Physical/chemical treatment uses the physical properties of the contaminants or the contaminated medium to destroy (i.e., chemically convert), separate, or contain the contamination. Soil vapor extraction uses the contaminant's volatility to separate it from the soil. Soil flushing uses the contaminant's solubility in liquid to physically separate it from the soil. Surfactants may be added to the flushing solution to chemically increase the solubility of a contaminant. Solidification/stabilization also uses both physical and chemical means. Solidification encapsulates the contaminant, while stabilization physically alters or binds with the contaminant. Pneumatic fracturing is an enhanced technique that physically alters the contaminated media's permeability by injecting pressurized air to develop cracks in consolidated materials.
Physical/chemical treatment is typically cost effective and can be completed in short time periods (in comparison with biological treatment). Equipment is readily available and is not engineering or energy-intensive. Treatment residuals from separation techniques will require treatment or disposal, which will add to the total project costs and may require permits. Extraction fluids from soil flushing will increase the mobility of the contaminants, so provisions must be made for subsurface recovery.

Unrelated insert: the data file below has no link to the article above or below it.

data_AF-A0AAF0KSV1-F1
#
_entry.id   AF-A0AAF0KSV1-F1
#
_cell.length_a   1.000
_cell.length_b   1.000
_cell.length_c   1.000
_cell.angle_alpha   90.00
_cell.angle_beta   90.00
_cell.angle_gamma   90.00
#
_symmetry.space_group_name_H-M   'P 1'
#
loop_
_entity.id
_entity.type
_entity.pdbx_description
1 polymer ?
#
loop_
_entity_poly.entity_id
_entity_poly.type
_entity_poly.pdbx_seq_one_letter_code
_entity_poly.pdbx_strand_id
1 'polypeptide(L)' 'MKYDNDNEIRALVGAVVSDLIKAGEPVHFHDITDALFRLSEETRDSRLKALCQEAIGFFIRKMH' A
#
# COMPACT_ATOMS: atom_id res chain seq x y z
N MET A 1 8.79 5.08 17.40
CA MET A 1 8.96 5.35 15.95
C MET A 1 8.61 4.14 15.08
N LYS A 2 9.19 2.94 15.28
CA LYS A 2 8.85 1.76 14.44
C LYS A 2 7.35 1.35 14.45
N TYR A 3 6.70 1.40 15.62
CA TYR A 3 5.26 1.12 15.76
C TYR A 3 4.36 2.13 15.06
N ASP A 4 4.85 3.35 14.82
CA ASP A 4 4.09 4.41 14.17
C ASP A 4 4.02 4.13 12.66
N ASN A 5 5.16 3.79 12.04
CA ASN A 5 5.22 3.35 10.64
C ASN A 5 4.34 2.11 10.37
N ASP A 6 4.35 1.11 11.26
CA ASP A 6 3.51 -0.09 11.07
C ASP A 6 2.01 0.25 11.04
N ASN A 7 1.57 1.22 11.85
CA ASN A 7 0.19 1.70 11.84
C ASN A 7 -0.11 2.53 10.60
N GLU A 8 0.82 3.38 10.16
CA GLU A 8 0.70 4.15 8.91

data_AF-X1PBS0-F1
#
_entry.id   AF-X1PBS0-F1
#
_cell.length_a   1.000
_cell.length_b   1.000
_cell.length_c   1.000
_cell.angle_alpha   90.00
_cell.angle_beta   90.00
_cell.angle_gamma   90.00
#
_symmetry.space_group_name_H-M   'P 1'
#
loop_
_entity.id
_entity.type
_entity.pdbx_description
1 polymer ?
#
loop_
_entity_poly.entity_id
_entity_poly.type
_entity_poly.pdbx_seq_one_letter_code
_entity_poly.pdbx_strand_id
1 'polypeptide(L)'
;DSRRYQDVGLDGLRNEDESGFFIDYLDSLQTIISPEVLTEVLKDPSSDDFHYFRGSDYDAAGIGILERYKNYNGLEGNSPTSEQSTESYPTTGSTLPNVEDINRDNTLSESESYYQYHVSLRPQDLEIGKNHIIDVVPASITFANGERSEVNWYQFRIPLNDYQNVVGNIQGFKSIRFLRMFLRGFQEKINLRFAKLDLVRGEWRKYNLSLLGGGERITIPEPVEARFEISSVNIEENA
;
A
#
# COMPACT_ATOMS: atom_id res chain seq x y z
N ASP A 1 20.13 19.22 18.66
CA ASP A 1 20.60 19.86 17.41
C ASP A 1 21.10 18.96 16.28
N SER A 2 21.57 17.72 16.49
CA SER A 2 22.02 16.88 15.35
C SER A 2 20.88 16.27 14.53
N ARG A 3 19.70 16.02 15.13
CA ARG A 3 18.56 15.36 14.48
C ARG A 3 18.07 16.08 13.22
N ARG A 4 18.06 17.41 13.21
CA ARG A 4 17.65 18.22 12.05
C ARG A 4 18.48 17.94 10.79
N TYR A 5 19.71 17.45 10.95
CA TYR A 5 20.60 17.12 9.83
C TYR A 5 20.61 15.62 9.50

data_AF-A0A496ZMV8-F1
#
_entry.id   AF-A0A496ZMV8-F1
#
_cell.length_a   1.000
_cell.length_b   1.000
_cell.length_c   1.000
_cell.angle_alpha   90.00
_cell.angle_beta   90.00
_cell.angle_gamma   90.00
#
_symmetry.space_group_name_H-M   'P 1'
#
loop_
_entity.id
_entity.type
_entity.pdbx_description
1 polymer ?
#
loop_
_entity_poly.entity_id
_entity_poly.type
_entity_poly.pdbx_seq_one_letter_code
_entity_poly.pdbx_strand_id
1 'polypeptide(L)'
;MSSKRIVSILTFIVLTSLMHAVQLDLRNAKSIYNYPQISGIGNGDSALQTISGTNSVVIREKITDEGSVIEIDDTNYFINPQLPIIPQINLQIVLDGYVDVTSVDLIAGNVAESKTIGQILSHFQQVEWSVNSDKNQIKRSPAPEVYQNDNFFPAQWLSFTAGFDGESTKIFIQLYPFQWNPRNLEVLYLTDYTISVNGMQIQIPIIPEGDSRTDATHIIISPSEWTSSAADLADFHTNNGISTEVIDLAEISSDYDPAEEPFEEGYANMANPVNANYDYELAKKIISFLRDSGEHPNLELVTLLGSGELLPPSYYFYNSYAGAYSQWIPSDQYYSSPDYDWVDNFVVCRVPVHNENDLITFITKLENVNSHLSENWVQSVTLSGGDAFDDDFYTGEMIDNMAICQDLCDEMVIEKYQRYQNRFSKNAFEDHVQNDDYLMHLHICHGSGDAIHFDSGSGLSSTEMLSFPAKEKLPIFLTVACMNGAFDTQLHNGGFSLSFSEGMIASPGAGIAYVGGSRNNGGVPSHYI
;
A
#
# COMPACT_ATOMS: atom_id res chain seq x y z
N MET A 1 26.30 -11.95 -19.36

Available in situ physical/chemical treatment technologies include electrokinectic separation, soil vapor extraction, soil flushing, solidification/stabilization, and fracturing (blast-enhanced, pneumatic, and lasagna process).
Certain in situ physical/chemical treatment technologies are sensitive to certain soil parameters. For example, the presence of clay or humic materials in soil causes variations in horizontal and vertical hydraulic parameters, which, in turn, cause variations in physical/chemical process performance. Stabilization/solidification technologies are less sensitive to soil parameters than other physical/chemical treatment technologies.